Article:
The mid-Covid scramble to gobble up Britain’s hugely successful National Lottery is on — and it threatens to unleash the mother of all bidding wars.
The license to run the lotto–controlled since the lottery’s launch in 1994 by Camelot–is up for renewal in 2023 and will be settled by auction this autumn.
Currently, there are five major runners. All are determined to hit the jackpot and run out as winner.
New at the post is Sisal, the operator of Italy’s most popular lottery, SuperEnalotto. The company is owned by venture investors CVC Capital Partners and—in what could be their trump card—are partnered in their bid by Barnardo’s, the children’s charity.
CVC brings the financial brawn and Barnardo’s contributes the humanitarian fund-raising expertise.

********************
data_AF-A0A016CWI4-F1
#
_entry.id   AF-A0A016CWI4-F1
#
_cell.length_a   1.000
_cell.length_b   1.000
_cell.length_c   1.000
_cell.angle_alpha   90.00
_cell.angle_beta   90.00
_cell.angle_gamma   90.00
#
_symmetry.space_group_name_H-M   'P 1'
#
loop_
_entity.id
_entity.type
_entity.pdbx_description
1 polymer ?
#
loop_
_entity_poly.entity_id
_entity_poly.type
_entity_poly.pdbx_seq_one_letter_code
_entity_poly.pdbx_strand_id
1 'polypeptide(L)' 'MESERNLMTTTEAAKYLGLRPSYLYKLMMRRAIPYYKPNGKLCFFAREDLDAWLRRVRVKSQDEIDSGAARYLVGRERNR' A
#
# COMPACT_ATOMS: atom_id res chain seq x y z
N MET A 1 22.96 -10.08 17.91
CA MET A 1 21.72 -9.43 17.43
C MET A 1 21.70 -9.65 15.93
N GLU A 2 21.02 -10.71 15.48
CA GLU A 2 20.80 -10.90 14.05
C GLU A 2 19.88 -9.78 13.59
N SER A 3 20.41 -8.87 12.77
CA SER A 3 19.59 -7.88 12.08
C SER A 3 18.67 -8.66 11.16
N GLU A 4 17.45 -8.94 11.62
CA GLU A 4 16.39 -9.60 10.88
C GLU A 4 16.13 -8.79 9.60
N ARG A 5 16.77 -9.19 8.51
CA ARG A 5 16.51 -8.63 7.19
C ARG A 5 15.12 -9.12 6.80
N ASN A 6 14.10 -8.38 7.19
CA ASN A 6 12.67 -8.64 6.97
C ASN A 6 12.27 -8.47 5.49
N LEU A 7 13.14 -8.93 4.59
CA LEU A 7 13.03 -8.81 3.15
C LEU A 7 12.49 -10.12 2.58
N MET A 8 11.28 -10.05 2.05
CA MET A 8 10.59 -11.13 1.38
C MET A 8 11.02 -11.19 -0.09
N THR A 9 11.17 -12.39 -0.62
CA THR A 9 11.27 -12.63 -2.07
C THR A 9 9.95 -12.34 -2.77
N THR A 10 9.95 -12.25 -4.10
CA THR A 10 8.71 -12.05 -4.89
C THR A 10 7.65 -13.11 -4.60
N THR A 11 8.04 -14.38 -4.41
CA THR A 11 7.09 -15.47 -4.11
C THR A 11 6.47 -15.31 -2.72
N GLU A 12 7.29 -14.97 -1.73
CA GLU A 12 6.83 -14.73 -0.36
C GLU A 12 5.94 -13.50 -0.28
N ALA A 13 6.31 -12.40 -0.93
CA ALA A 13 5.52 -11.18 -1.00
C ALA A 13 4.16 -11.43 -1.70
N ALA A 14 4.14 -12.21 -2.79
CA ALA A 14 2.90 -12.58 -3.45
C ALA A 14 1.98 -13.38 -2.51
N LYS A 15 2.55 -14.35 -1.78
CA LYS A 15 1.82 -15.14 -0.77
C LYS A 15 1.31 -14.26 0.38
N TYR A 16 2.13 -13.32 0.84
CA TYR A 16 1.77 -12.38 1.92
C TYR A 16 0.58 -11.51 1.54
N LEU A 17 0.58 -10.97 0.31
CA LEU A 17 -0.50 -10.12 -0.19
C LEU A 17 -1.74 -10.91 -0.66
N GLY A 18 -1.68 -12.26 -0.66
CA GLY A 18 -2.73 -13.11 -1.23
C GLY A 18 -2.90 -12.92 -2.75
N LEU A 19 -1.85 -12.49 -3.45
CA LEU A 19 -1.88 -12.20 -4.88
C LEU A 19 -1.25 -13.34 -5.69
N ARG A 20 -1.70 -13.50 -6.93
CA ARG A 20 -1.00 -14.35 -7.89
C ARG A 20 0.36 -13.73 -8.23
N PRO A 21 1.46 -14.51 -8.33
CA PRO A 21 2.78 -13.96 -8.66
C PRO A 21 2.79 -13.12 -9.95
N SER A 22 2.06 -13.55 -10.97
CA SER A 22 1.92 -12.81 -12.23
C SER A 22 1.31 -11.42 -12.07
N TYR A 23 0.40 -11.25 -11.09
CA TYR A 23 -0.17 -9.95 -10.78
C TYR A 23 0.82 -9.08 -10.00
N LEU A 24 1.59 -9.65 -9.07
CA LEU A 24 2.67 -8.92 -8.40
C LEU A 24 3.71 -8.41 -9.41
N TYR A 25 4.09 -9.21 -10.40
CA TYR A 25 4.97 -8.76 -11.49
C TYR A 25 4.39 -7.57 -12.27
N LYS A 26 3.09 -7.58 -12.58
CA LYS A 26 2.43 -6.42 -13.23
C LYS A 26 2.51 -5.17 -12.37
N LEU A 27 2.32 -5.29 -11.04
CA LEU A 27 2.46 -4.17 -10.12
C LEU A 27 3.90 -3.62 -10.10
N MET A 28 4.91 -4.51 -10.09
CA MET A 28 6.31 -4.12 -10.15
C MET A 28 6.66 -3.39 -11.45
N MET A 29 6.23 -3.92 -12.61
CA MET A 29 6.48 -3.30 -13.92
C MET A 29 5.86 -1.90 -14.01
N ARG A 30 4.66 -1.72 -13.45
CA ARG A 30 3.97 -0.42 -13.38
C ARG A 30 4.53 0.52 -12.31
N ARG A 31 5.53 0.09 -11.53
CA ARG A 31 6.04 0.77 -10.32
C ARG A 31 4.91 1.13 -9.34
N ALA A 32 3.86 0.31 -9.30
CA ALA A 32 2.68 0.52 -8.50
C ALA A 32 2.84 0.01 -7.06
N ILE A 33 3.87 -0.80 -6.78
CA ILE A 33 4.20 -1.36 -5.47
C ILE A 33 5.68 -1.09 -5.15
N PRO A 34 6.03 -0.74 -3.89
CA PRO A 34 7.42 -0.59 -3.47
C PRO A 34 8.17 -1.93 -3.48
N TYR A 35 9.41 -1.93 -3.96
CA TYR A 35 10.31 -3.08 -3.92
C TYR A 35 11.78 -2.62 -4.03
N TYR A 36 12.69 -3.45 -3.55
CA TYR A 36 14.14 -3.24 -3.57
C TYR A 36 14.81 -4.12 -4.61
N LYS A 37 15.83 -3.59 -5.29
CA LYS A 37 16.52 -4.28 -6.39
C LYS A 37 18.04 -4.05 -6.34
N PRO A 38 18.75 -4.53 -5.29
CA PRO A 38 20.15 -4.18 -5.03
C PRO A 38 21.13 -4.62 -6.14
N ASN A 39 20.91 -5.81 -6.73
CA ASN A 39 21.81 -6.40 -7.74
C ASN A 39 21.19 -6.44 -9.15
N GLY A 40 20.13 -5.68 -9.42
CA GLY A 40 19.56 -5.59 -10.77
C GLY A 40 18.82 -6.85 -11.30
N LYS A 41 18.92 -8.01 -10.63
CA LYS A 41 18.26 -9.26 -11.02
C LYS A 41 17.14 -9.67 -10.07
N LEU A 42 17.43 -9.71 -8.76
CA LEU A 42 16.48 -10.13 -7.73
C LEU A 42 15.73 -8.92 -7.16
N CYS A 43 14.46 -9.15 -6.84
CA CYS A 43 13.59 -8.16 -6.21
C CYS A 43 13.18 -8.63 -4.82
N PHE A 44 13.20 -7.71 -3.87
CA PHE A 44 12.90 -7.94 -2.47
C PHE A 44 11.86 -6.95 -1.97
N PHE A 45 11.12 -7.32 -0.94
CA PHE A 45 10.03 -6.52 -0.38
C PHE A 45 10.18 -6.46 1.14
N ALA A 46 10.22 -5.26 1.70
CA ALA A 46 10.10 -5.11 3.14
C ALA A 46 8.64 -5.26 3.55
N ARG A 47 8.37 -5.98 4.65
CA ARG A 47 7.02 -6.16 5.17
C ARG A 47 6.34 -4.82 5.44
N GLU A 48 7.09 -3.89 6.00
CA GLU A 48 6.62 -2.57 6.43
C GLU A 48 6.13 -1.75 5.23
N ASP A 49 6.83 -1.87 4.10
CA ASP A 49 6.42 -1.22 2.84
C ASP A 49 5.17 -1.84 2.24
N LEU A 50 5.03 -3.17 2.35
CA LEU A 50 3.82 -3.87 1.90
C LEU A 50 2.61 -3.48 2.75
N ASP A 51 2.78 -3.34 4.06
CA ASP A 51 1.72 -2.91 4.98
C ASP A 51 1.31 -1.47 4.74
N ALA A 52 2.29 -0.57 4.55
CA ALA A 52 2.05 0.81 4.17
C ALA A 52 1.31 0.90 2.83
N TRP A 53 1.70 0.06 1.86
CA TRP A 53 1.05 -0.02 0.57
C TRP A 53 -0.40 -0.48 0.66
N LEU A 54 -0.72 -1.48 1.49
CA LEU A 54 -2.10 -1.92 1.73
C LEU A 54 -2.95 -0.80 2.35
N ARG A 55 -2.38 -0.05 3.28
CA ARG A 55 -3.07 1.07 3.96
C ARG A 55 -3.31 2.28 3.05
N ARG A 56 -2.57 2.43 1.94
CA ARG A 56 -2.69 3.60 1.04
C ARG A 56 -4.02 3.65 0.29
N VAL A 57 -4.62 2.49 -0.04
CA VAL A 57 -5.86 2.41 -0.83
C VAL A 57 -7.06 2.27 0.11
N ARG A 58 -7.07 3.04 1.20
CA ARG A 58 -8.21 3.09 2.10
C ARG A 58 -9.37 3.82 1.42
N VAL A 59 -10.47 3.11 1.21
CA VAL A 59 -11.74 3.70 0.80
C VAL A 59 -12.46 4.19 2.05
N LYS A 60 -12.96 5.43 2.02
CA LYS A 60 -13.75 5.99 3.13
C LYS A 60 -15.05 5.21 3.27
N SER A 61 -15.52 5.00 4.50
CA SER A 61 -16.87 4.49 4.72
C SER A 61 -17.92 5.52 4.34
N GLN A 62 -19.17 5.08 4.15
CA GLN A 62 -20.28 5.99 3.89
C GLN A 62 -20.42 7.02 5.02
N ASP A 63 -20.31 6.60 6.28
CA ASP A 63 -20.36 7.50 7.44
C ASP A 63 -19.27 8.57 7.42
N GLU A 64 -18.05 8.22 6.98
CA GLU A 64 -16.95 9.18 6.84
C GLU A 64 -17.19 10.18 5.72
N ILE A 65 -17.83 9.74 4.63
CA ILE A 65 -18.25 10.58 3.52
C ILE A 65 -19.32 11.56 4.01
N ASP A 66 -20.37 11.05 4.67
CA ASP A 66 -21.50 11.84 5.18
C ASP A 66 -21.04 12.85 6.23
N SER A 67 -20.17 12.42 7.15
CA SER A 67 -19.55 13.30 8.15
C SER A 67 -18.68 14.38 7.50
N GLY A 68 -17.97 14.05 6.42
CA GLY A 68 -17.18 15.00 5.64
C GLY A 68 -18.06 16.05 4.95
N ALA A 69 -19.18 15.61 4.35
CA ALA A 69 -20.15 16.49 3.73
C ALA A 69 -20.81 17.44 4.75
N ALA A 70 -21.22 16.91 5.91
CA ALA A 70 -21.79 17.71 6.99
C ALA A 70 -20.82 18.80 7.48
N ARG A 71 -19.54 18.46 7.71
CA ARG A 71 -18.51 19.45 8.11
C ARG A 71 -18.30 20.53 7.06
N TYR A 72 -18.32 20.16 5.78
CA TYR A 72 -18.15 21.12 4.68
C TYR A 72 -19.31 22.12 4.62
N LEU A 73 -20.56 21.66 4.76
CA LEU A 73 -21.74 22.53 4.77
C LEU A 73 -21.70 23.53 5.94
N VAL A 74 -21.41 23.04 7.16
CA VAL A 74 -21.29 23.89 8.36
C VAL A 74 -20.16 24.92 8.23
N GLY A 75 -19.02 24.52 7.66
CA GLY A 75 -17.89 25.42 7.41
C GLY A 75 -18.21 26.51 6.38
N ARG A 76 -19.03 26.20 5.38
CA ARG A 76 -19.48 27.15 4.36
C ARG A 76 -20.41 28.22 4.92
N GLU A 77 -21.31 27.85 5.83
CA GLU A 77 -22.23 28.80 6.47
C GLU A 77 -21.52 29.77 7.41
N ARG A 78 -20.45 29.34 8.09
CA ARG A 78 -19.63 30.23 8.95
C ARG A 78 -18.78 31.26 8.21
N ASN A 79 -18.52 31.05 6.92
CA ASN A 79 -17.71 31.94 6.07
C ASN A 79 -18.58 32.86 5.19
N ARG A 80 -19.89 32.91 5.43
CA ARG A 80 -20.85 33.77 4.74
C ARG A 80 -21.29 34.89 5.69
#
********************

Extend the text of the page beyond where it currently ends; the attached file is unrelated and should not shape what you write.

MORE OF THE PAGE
Camelot, a British-led consortium when it first won the UK franchise, is now owned by the super-wealthy Ontario Teachers’ Pension Plan of Canada.
Boosted by the Covid lockdowns, Camelot posted record sales in 2020.
Another gambling giant bidding for the UK lotto licence is Sazka, owned by billionaire Karel Komárek, who runs lotteries in Greece, Italy and his native Czech Republic.
Sazka are backed by CVC’s arch-rivals, the ubiquitous Wall Street venture capitalists, Apollo Global Management, who, one may recall, tried to snatch William Hill from the embrace of MGM last year.
UK media mogul Richard Desmond and Indian lottery operator Sugal & Damani, meantime, have also thrown their hats into the ring.
One long-time player who won’t be at the table is Virgin Group founder Sir Richard Branson. Branson tried to wrest control of the National Lottery from Camelot for several years. But Covid has eaten his liquidity and derailed his ambition to run the UK lottery.